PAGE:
Peruvian trend continues with opening of Señor Ceviche

By Melodie Michel contact

- Last updated on GMT

The restaurant's ceviches mix contrasting textures to stand out from a growing Peruvian dining scene
The restaurant's ceviches mix contrasting textures to stand out from a growing Peruvian dining scene

Related tags: Peru, Peruvian cuisine

The owner of Peruvian pop-up Señor Ceviche is opening his first permanent venue in Kingly Court, London, this October. 

Founded about two years ago by Harry Edmeades, the concept started as a three-day pop-up at The Art Cellar, and went on to perform stints at The Doodle Bar and Dukebox.

The menu includes a variety of ceviches, all with a different tiger’s milk base: The Spaniard – Señor Ceviche’s take on paella, has a saffron and tomato tiger’s milk, and crispy chicken skin and hot chorizo topping the raw fish base; while the signature Señor  Ceviche has an Aji Amarillo tiger’s milk and crispy tempura baby squid on top.

Edmeades told BigHospitality that he hoped the contrasting textures and flavours of the restaurant’s ceviches would set it apart from the flurry of Peruvian venues that have set shop in the capital in recent years (most recently, Pachamama in Marylebone​).

“Menu-wise, that will hopefully set us apart, and off-menu, we’re very non-pretentious, very casual, with bright, young and fun branding. That’s reflected in the way we treat our staff and customers, but also in the ambience that we create, the design and music.”

The menu also includes a selection of Peruvian BBQ specials such as the slow-cooked Pachamanca pork ribs with pink pickled cabbage and super chicken with rocoto chilli mayonnaise.

Drink-wise, a cocktail menu largely focused on Peru’s national drink, Pisco, comes alongside broader South American favourites, as well as drinks and wine.

Recipe development

Edmeades explained that he originally tested recipes on friends and family members, and cooked for friends’ engagements and weddings before doing pop-ups, but it’s only after the concept proved successful that he took his first trip to Peru.

“A few Peruvian restaurants had just opened when we did the Art Cellar, and although everyone was still doing burgers and chicken, we wanted to do something different. When we released our name, a lot of people hadn’t even heard of ceviche, but being chefs, we were clued up on it.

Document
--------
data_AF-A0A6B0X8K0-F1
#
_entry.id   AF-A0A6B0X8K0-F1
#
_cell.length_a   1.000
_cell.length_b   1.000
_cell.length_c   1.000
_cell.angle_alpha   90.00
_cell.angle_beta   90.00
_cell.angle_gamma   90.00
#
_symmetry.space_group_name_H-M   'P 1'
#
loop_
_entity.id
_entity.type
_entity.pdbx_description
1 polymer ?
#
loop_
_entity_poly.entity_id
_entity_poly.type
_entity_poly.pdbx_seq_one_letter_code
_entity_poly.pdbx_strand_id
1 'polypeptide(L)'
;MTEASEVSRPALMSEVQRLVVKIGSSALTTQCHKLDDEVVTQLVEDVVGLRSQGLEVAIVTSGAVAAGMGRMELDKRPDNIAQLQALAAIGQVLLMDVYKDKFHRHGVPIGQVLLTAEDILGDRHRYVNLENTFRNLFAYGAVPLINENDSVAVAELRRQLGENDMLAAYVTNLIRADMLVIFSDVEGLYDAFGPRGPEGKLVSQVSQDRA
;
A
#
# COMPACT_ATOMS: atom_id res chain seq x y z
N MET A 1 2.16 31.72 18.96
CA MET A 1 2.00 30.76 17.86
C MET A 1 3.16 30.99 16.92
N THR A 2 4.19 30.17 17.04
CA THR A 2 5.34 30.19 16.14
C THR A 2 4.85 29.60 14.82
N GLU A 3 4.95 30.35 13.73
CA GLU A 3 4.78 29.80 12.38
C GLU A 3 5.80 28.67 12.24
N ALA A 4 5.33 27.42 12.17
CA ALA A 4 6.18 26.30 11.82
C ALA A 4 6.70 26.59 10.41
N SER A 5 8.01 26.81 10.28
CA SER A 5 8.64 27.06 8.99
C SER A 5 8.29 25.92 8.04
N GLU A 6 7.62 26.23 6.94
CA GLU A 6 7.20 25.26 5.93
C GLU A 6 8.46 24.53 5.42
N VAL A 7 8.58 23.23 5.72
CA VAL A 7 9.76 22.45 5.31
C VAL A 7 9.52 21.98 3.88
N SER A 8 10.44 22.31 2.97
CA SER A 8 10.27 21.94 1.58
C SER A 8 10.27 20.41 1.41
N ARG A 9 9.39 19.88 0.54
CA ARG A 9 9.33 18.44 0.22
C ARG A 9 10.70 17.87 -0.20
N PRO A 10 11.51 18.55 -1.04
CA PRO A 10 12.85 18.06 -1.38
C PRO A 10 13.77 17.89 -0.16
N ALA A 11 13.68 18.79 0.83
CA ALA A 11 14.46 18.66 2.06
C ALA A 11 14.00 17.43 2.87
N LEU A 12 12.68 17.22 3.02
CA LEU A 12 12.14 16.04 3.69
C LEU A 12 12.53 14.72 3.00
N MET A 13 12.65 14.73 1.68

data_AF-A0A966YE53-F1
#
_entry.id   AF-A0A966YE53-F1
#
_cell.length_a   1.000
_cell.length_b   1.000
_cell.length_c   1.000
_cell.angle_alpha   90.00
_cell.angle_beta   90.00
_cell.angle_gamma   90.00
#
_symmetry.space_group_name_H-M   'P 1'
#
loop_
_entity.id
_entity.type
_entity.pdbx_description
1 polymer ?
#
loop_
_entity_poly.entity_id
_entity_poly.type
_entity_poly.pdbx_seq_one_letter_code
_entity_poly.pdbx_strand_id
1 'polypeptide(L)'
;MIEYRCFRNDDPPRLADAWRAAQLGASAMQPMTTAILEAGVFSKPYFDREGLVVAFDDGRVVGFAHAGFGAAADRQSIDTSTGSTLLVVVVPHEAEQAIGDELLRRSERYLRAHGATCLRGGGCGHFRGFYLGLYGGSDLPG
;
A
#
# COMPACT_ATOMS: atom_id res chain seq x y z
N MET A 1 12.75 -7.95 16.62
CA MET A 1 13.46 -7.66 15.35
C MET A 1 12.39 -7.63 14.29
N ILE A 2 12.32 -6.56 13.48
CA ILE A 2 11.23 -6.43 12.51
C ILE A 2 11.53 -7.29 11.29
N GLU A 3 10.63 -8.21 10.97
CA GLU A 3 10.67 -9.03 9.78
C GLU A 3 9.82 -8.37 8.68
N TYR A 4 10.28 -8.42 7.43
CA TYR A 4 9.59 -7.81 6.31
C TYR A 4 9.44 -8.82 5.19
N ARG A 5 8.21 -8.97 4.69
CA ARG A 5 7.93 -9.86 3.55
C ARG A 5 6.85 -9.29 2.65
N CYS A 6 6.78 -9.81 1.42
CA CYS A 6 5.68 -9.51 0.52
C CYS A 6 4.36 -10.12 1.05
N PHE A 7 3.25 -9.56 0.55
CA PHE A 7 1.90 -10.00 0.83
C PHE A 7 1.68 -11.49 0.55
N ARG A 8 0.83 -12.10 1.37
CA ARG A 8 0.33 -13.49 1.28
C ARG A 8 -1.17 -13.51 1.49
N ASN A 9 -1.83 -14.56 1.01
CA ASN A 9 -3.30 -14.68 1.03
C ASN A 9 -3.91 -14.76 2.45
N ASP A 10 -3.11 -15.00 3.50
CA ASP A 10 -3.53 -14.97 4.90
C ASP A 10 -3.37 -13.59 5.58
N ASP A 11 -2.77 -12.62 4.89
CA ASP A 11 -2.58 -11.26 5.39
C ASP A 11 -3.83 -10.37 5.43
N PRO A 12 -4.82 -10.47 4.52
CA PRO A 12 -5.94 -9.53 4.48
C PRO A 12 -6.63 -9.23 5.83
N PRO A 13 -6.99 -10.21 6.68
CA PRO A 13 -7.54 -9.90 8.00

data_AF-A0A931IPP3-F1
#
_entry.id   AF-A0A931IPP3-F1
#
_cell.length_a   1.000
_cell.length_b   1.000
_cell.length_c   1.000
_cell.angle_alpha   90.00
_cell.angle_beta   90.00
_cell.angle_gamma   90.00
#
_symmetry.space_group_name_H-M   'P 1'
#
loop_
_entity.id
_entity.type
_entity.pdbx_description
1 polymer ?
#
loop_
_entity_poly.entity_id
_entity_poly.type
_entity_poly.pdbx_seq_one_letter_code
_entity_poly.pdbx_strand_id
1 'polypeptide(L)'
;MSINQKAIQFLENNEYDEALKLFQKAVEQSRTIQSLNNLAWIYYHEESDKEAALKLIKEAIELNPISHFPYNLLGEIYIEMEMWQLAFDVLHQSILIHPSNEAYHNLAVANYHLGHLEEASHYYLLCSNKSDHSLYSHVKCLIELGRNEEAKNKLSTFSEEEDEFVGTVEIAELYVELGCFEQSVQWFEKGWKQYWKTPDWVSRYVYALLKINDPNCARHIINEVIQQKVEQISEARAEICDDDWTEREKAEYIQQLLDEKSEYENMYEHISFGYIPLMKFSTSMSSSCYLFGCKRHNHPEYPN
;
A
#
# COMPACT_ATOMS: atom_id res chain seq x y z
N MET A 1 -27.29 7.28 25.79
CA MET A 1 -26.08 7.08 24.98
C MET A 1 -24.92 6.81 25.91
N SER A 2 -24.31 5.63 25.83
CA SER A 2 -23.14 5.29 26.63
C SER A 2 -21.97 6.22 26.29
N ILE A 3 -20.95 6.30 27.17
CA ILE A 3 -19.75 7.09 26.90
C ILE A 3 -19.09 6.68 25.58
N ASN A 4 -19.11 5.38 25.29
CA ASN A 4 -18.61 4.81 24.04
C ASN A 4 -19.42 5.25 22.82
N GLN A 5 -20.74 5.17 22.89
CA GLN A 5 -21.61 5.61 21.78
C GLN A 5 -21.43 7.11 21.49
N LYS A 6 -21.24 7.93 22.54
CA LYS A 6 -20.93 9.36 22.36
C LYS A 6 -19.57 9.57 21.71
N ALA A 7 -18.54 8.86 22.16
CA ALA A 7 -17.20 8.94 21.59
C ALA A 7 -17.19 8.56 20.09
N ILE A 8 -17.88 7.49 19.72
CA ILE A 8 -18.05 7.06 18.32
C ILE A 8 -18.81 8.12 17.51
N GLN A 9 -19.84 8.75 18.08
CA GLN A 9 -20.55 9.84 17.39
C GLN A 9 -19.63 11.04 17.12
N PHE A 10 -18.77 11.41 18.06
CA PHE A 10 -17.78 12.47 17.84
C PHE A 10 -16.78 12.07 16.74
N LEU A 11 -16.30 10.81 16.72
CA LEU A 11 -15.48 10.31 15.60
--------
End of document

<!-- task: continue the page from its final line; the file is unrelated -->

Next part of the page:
“There was obviously a bit of risk but people took to it and it went really well. So many Peruvian restaurants have opened over the last two years and hopefully it’s going to keep growing,” he said.

While in Lima, Edmeades spent some time working at El Mercado, a restaurant renowned for its ceviche recipe, and exploring the Barranco district – a former colonial area with a variety of markets.

“Barranco is what we’ve actually based the concept and design of the restaurant on. It was colonised by the Spanish, so there’s a lot of colonial architecture.

“It’s all sort of run down now but there are lots of street markets with fish and vegetables, so we incorporated this street vibe and colonial architecture in the woods and brick work we’re using across the venue. We were trying to give a little slice of Lima to the central London public. It’s reflected in our design but also in our food and drinks,” he said.

Further expansion

Coming back from Peru, Edmeades did more pop-ups to test out the recipes developed overseas.

“I was pretty set on opening a restaurant – we had a good following and exposure in the press, so we wanted to expand on the brand. The pop-ups helped us test out our new recipes and ideas, and we sold out at all our events. We then started tying in with live music – we had cool Latin and Cuban bands coming to play throughout the evening.”

Though the 70-cover Soho venue doesn’t have a live music licence yet, it is something he is looking at incorporating in the future.

Edmeades is already looking for a second site, either around Shoreditch or Notting Hill, and expects to have opened four to five sites within the next five years.

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